So what do these for-profit nursing homes get out of all this generosity? One Louisiana law sets a cap on fines. For instance, a violation that results in the death of a resident now results in a fine no larger than $2,500, even if the death is entirely the nursing home’s fault.

We might also look at the Jindal administration’s budget, which has increased nursing home spending while simultaneously cutting funding to LSU hospital system, slashing Medicare payments to private hospitals, reducing Medicaid payments to rural hospitals, and completely shutting down a hospital for the mentally ill.

How is the administration paying for the nearly $800 million in nursing home funding when the rest of the healthcare system is being forced to take cuts and closures? By draining a trust fund intended to provide elder care for years to come. The fund is intended to be used over a long term and should also provide support for in-home care and community services for the elderly. At the rate that the trust fund is currently being emptied into for-profit nursing homes, there will be nothing left by the time Jindal leaves office in 2016.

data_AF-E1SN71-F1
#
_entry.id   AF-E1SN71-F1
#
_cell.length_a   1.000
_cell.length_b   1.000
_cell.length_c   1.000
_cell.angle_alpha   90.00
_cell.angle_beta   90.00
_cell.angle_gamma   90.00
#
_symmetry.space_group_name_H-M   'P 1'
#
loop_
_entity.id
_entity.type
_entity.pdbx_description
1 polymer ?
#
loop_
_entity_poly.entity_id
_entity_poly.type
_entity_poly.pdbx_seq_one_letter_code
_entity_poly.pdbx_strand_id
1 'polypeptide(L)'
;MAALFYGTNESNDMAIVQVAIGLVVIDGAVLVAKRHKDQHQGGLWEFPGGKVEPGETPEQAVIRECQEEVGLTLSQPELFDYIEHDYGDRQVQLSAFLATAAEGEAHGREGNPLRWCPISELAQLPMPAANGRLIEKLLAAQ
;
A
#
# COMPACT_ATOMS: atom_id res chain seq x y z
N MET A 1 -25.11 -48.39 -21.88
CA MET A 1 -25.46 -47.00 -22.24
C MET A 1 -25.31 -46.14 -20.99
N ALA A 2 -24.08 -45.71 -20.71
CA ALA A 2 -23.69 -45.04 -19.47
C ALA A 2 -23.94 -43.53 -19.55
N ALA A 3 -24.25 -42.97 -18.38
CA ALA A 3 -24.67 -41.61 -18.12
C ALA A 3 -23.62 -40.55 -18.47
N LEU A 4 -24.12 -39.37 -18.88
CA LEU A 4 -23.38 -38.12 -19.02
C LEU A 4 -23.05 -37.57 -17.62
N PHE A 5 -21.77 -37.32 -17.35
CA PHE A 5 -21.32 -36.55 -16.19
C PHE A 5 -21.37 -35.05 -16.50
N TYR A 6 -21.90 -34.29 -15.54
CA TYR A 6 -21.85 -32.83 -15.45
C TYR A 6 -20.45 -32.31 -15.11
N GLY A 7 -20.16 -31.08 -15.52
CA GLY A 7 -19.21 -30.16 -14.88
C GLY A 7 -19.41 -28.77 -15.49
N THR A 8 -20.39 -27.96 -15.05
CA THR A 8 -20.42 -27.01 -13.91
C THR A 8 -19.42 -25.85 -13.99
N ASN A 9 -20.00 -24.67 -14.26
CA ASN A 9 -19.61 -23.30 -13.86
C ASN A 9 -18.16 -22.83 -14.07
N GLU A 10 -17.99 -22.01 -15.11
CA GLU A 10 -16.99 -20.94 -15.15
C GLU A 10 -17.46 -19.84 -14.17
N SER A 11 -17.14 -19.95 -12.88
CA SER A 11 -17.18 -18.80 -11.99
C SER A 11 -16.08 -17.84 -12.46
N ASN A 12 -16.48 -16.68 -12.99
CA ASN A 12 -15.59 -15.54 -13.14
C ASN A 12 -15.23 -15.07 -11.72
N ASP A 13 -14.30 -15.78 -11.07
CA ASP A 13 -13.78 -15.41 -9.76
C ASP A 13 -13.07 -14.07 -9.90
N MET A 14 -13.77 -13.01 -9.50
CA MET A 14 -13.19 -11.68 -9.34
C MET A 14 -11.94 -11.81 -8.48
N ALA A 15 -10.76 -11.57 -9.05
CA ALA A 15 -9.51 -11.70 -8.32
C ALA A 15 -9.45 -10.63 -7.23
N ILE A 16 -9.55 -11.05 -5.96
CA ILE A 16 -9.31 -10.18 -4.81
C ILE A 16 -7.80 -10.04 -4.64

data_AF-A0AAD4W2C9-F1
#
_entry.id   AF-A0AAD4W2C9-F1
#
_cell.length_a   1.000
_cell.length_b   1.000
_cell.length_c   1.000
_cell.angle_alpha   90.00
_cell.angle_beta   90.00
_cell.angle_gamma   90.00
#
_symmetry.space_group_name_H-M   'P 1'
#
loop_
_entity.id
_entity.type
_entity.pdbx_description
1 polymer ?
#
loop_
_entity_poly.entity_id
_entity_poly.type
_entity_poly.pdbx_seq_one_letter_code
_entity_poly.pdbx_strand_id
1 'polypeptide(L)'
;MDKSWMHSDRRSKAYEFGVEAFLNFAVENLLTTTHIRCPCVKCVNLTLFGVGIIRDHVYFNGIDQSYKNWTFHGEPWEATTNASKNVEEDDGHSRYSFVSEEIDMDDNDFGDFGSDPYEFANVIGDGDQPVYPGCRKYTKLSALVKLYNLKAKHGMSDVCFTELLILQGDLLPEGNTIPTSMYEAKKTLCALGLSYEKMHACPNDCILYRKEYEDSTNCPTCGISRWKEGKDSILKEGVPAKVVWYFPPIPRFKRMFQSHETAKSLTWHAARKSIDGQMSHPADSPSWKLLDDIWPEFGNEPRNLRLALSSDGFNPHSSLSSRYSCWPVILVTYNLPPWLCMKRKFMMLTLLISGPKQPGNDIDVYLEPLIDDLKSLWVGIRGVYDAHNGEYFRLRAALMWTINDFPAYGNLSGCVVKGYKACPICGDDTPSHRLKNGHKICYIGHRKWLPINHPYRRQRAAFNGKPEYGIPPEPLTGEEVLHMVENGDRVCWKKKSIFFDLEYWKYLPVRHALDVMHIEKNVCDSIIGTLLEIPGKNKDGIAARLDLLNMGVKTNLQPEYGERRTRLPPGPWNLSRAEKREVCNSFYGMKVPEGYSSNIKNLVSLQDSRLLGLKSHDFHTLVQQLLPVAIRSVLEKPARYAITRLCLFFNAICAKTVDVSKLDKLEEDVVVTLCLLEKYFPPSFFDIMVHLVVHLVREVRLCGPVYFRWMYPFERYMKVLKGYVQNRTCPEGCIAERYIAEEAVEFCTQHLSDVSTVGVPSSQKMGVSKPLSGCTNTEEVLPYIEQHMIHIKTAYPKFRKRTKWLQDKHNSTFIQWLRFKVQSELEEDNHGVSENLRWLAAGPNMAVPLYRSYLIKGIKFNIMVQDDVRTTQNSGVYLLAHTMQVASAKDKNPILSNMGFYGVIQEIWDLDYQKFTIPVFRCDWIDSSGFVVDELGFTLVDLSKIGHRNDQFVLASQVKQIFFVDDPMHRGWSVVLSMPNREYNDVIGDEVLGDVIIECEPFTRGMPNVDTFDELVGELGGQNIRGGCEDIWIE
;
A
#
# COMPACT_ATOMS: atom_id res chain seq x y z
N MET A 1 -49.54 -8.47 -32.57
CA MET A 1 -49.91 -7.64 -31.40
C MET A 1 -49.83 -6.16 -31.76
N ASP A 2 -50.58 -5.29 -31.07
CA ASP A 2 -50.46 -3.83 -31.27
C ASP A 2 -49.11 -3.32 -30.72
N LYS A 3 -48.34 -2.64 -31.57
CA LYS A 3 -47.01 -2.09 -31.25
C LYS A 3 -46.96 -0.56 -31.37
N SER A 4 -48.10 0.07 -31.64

Roughly 20,000 Louisiana residents are on a waiting list for in-home care, while demand for nursing home beds has gone down. Nursing homes in the state remain only 75% full. The slump in demand isn’t bad news for these for-profit businesses however. They get a kickback for vacancies too. Once the numbers are crunched, all those empty beds cost the state and taxpayers $23 million dollars to support.

All of these revelations are the result of a four-month investigation and report by | The Times-Picayune and WVUE Fox 8 News which culminated in their report series Louisiana Purchased. The report on nursing homes may be watched here.